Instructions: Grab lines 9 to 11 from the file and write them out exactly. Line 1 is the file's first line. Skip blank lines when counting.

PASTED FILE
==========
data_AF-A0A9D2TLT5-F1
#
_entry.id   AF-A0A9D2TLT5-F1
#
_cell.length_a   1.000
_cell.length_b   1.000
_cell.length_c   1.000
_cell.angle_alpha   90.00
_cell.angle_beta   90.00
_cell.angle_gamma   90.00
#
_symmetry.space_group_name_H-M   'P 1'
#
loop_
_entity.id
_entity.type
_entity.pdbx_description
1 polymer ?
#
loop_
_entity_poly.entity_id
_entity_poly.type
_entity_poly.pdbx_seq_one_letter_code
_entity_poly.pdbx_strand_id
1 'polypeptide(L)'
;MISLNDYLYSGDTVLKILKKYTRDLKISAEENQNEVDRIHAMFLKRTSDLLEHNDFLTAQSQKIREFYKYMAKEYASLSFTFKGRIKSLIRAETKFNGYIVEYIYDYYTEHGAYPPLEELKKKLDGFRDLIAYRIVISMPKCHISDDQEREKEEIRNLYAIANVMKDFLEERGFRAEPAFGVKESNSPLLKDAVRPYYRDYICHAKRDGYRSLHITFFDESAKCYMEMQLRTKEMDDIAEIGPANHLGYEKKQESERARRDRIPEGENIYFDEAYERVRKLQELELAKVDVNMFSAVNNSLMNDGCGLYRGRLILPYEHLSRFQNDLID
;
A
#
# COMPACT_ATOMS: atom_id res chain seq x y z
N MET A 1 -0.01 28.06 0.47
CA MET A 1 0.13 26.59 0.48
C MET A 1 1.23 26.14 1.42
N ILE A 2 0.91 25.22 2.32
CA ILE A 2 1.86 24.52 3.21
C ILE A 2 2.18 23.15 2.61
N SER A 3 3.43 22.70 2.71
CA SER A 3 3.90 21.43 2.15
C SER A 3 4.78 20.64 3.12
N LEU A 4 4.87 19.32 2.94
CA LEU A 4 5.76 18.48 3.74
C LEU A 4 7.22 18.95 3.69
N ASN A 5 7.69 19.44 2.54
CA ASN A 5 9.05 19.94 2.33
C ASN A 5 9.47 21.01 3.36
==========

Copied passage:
_cell.angle_beta   90.00
_cell.angle_gamma   90.00
#